Our study revealed significant differences between Syrian refugee and Turkish resident children. Although non-emergent ED visits were most frequent in both groups, more refugee patients required immediate or urgent care compared to native-born children. In addition, inpatient treatment, ICU admissions (neonatal and paediatric) and hospitalization of neonates were more frequent in refugee children. Respiratory and gastrointestinal system diseases were the most common reasons for presenting to the ED in both groups—75% of these presentations were non-emergent.
Similar to our results, the study by Baykan et. al. conducted in Nevsehir, Turkey, noted that between 2013 and 2017 the number of ED visits by Syrian refugees increased exponentially (12). The fall after 2018 in our centre may be related to the establishment of another state hospital in 2018 near our hospital, where refugee children may also have presented. Also, living conditions of the refugees might have changed, improving their socioeconomic status leading to better integration to the country’s healthcare system. In any case, migration from Syria created a significant overload on Turkey’s emergency healthcare system (16-18).
Our findings showed that although non-emergent visits were high in both groups, immediate and urgent patients were significantly greater in refugee children compared to native children. Consistent with our findings, in a study from Italy looking at the utilization of emergency services by migrant children under the age of one was more frequent for both non-urgent and very urgent visits, and ED visits of immigrant children were more likely to be followed up by hospitalization as they presented with more severe and complex conditions (19). Another study from Turkey reported higher utilization of resources among refugee children presenting to the ED due to presentation with more severe disease (20). Higher representation of refugee children with more acute conditions may be related to delayed presentation, caregiver’s inability to recognize and accurately judge serious medical conditions, language barriers, or cultural predilection of traditional care-seeking practices (5,9,21-23). Other reports have identified that insurance status may affect the pattern of ED utilization of refugees, with overrepresentation of high acuity conditions due to delayed presentation (24-26). However, this specific reason does not apply to Syrian refugees in Turkey as all health costs are covered by Ministry of Interior Disaster and Emergency Management Presidency according to the Temporary Protection Regulation (27). Further research is needed to better elucidate factors other than financial issues that are related to the frequent use ED visits among refugee children in Turkey.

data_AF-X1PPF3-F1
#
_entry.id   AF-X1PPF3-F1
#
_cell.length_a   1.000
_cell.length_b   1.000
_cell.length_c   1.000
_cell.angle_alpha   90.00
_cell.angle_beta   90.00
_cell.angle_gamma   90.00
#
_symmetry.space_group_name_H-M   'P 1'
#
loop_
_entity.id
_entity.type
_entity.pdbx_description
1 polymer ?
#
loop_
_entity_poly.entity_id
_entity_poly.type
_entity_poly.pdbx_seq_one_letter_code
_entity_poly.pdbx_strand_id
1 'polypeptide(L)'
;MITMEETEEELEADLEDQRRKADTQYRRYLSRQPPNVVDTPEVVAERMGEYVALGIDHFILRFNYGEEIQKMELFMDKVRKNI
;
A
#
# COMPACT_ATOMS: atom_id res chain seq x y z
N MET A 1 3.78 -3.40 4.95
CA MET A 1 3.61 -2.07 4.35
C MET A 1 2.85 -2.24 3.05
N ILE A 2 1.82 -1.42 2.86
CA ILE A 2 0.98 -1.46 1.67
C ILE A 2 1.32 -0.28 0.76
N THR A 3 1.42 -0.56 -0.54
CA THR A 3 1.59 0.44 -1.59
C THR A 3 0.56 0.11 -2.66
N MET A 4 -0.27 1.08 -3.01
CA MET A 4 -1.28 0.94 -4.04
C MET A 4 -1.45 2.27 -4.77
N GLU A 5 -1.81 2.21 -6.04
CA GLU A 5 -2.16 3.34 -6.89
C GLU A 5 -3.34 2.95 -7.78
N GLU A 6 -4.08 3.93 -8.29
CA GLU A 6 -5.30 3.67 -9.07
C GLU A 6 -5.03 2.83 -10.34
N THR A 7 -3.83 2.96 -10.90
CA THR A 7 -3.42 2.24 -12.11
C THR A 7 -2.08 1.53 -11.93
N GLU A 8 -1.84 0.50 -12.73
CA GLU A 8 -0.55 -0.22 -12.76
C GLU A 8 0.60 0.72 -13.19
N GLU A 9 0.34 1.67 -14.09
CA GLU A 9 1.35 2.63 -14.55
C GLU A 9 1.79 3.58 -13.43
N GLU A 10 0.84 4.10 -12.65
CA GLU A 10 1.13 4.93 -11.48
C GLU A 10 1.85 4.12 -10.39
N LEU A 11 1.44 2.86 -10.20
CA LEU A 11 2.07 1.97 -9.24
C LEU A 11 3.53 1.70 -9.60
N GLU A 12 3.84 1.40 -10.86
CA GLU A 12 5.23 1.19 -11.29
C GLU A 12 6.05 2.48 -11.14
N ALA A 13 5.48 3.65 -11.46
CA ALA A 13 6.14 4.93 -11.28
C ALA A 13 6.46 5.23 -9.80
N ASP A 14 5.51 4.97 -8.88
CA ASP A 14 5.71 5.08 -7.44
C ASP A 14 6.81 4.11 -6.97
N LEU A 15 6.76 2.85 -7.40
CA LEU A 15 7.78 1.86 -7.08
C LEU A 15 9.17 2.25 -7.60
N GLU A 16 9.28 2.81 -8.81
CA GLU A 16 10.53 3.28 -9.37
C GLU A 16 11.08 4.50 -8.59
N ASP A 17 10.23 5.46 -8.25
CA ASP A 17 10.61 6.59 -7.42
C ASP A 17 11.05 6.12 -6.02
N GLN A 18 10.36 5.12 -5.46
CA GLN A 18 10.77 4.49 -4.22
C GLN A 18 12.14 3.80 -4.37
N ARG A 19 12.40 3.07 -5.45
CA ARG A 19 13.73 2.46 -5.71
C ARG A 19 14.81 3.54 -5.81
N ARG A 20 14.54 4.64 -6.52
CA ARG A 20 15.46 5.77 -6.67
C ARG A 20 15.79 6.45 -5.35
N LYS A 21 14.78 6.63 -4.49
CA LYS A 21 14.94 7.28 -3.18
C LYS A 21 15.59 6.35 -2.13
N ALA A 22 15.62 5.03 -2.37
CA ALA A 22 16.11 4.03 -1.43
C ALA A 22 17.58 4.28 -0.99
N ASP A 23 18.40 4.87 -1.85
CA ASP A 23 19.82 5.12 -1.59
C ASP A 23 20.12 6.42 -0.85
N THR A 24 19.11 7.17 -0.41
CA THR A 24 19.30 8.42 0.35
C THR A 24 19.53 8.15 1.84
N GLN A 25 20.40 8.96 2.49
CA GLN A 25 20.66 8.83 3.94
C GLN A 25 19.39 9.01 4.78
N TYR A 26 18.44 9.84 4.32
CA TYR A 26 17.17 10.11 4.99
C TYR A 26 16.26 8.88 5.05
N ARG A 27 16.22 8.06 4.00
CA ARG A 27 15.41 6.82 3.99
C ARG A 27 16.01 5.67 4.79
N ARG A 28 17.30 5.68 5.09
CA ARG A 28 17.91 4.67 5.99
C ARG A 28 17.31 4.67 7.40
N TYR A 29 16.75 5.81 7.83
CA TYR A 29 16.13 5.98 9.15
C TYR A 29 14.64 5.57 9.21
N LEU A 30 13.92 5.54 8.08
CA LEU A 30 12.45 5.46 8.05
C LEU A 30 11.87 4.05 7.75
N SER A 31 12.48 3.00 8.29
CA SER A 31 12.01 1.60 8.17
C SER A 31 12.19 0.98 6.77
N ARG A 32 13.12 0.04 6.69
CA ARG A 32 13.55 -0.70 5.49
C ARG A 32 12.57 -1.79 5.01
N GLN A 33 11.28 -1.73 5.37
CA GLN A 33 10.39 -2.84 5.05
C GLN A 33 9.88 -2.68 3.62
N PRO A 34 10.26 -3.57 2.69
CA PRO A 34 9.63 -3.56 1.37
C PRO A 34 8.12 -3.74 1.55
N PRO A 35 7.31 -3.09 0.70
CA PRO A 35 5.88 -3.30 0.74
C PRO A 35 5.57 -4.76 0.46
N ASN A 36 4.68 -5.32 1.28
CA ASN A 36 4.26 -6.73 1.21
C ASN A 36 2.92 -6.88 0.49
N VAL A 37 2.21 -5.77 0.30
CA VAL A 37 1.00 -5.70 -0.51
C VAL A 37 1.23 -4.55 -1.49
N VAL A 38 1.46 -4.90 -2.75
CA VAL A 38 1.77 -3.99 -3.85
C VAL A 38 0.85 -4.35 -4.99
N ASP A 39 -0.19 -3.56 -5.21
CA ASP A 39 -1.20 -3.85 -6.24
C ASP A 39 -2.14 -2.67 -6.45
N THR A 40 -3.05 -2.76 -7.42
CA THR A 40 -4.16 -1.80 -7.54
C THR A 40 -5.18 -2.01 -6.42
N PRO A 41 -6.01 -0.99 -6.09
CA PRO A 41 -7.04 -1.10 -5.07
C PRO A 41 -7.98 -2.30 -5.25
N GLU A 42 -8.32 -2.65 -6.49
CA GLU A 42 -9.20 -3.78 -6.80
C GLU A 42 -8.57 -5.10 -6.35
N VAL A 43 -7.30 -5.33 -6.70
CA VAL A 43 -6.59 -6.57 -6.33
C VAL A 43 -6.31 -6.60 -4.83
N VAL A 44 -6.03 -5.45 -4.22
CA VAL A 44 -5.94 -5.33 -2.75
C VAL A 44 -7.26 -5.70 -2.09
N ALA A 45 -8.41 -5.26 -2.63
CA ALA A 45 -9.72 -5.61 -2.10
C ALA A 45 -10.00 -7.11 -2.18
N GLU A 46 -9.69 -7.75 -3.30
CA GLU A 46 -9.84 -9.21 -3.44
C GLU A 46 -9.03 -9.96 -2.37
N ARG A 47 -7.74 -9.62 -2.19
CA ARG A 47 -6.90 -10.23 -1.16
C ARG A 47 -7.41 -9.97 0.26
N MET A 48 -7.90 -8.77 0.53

This study also identified a greater number of infant ED visits among Syrian children as compared to native children. This has also been identified in a previous study (19). Consistent with other studies, our research found an increased frequency of hospitalization among refugee children compared to the resident children (12,20). Increased hospitalization was particularly observed among refugee neonates. This is in line with another study showing that infants born from immigrant women were more likely to be admitted into neonatal intensive care unit when compared to the native-born infants born in Canada (28). We did not investigate the reasons for the higher proportion of Syrian infant ED visits and neonatal inpatient admissions, but it may be possible these children have not acquired primary preventive care or general healthcare services that would protect them to some extent from more serious conditions requiring hospitalization (29). Policies and education to increase primary health care seeking practices of refugee families are necessary to expand preventive health care approaches and improve the health of neonates and infants.
Rates of intensive care unit hospitalizations were observed to be higher in refugee children, particularly related to NICU hospitalizations. This again emphasizes the need for preventive services focused on neonates. Labelling all refugee births as high-risk and providing them with frequent appointments in the well-child clinic can help in detecting medical issues earlier, thus improving their health status and decreasing their ED usage. Over representation of immigrant children in paediatric intensive care unit is common among other immigrant communities as well. (30). Factors, including language or cultural barriers, and financial difficulties while accessing health care such as cost of transportation should be further explored. Efforts to overcome these factors would improve access to preventative services.